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Please use this identifier to cite or link to this item: http://hdl.handle.net/1893/2914

Appears in Collections:Aquaculture Journal Articles
Peer Review Status: Refereed
Title: The influence of temperature on the apparent lipid digestibility in Atlantic salmon (Salmo salar) fed Calanus finmarchicus oil at two dietary levels
Author(s): Bogevik, Andre S
Henderson, R James
Mundheim, Harald
Waagbo, Rune
Tocher, Douglas R
Olsen, Rolf E
Contact Email: drt1@stir.ac.uk
Keywords: Atlantic salmon
fish oil
replacement
calanoid copepod oil
Calanus finmarchicus
temperature
growth
lipid
fatty acid
composition
Issue Date: 22-Nov-2010
Publisher: Elsevier
Citation: Bogevik AS, Henderson RJ, Mundheim H, Waagbo R, Tocher DR & Olsen RE (2010) The influence of temperature on the apparent lipid digestibility in Atlantic salmon (Salmo salar) fed Calanus finmarchicus oil at two dietary levels, Aquaculture, 309 (1-4), pp. 143-151.
Abstract: Oils extracted from the marine zooplankton, Calanus finmarchicus, have high levels of n-3 highly unsaturated fatty acids (HUFA) and are therefore of interest as an alternative lipid source in aquafeeds. Copepod lipid is composed mainly of wax esters (WE) with high levels of saturated fatty acids and monounsaturated fatty alcohols which are considered hard to digest, especially at low temperatures. This assumption has however not been verified and for this reason the present study examined the digestibility of diets containing high levels of WE and two fat levels in Atlantic salmon reared at 3 and 12 °C. The fish were acclimated for one month to 3 °C (485 g) and 12 °C (599 g) and then fed one of four diets, high fat fish oil (33% lipid, HFFO), high fat Calanus oil (32% lipid, HFCO), low fat fish oil (17% lipid, LFFO) and low fat Calanus oil (19% lipid, LFCO). The fish meal lipid content was lowered by the use of lipid- extracted fish oil (2.3% lipid). This enabled a level of 50% WE in the LFCO and HFCO oils, compared to 0% in the LFFO and HFFO diets. The fish were then allowed to grow to around 100% of initial weight (220 days at 3 °C and 67 days at 12 °C) and then analysed for faecal lipid digestibility, bile volume, bile composition and intestinal lipolytic activity. Differences were observed in all these parameters in relation to temperature, type of dietary oil and the lipid level in the diet. Faecal lipid content and lipid class composition were dependent on rearing temperature and the type of dietary lipid. Highest levels of undigested lipids were observed in the faeces of fish fed CO. Wax ester-derived fatty alcohols, particularly 20:1n-9 and 22:1n-11, were less extensively digested than corresponding fatty acids from FO at both fat levels and temperatures. Fish kept at 12 ºC had a significantly higher bile volume than fish at 3 ºC and higher volumes were found in fish fed CO diets compared to FO. Decreased faecal passage time at lower temperatures, was not sufficient to ensure high digestibility since the lower bile volume and enzyme activities at 3 °C in the present trial exerted a greater effect. Although the compensatory mechanisms of increased bile volume and lipolytic activity are initiated upon feeding WE at a level of 50% of dietary lipid, these are not sufficient to compensate lipid digestibility and growth as in FO diets. Low inclusion of CO in diets during winter has to be considered as saturated fatty acids and monounsaturated fatty alcohols were poorly digested at 3 °C in fish fed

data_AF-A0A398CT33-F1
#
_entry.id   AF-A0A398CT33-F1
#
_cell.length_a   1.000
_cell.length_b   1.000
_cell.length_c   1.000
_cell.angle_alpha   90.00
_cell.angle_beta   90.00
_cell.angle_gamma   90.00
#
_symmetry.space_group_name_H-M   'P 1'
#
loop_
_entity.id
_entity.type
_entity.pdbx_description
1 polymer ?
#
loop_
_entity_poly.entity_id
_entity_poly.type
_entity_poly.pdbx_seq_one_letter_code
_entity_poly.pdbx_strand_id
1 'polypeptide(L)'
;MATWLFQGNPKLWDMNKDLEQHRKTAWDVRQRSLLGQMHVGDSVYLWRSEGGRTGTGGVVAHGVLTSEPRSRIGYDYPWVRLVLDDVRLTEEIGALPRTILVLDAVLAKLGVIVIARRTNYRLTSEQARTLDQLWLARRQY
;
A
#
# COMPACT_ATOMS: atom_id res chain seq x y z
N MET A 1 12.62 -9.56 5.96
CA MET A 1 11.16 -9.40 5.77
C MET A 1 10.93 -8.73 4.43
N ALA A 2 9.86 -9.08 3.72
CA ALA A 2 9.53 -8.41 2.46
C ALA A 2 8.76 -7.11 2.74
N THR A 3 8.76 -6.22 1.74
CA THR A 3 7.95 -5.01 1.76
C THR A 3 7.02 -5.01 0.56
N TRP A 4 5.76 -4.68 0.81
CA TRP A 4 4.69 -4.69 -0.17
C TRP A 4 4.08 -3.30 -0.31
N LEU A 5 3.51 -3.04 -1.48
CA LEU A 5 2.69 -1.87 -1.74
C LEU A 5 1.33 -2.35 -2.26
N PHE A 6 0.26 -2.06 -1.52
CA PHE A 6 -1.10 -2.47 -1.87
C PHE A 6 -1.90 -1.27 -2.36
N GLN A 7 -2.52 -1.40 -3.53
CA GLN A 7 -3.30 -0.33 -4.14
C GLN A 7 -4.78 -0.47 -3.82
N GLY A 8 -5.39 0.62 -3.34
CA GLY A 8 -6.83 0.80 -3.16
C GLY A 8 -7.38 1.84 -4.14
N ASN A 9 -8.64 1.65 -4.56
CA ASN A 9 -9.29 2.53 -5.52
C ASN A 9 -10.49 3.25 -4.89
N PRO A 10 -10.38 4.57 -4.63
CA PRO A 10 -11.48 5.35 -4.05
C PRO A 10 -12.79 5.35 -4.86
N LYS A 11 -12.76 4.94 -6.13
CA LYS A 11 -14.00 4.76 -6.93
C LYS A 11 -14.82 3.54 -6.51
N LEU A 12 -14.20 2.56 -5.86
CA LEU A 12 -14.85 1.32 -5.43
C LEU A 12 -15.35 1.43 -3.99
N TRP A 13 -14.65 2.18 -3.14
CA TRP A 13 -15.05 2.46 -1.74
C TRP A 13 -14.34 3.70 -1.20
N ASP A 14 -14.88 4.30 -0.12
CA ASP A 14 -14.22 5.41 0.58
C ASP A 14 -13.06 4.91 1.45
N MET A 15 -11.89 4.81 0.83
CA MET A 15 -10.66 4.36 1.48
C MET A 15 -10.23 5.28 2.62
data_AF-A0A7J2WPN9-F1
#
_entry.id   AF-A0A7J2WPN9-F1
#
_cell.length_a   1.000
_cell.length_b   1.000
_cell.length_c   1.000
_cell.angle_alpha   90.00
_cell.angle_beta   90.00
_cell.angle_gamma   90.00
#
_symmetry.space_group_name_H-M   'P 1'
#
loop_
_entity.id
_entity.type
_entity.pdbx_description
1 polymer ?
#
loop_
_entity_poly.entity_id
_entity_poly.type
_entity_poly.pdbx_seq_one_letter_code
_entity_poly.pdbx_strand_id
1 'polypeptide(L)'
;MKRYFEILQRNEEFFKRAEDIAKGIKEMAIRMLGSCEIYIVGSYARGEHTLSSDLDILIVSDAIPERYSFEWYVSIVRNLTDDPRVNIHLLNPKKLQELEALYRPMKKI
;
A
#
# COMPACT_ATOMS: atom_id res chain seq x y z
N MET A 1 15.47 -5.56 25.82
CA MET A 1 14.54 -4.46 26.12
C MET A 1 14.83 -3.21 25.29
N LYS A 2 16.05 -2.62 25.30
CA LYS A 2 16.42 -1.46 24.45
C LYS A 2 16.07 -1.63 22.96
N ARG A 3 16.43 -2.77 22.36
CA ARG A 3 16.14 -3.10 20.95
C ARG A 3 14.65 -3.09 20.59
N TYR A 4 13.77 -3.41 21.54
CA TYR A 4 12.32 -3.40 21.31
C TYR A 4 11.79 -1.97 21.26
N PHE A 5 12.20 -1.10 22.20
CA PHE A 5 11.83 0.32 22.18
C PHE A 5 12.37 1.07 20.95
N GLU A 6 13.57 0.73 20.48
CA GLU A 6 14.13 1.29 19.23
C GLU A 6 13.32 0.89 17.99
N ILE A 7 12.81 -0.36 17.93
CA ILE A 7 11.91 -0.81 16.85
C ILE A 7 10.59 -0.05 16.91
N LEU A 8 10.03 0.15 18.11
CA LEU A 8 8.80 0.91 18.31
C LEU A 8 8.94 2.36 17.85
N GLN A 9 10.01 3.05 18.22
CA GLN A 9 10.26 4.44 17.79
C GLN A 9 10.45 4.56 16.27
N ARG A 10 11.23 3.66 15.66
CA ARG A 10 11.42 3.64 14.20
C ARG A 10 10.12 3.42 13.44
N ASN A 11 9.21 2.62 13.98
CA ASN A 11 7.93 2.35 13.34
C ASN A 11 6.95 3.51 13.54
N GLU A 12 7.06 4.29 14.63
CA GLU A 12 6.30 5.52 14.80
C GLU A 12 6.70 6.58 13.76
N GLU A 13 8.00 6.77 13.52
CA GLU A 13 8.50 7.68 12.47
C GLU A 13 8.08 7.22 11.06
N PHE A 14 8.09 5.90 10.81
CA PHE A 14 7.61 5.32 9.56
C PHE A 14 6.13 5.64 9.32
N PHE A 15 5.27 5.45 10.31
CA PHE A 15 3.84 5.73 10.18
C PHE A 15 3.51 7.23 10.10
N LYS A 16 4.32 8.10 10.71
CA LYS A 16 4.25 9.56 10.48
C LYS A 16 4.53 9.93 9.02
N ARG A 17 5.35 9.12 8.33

Type: Journal Article
URI: http://hdl.handle.net/1893/2914
URL: http://www.sciencedirect.com/science/journal/00448486
DOI Link: http://dx.doi.org/10.1016/j.aquaculture.2010.08.016
Rights: Published in Aquaculture by Elsevier. Aquaculture, Volume 309, Issues 1-4, November 2010, pp. 143 - 151; This is the peer reviewed version of this article.; NOTICE: this is the author’s version of a work that was accepted for publication in Aquaculture. Changes resulting from the publishing process, such as peer review, editing, corrections, structural formatting, and other quality control mechanisms may not be reflected in this document. Changes may have been made to this work since it was submitted for publication. A definitive version was subsequently published in Aquaculture, VOL 309, ISSUE 1-4, November 2010. DOI 10.1016/j.aquaculture.2010.08.016
Affiliation: Matre Aquaculture Research Station
University of Stirling
NOFIMA, Norway
National Institute of Nutrition and Seafood Research (NIFES)
Aquaculture
Matre Aquaculture Research Station

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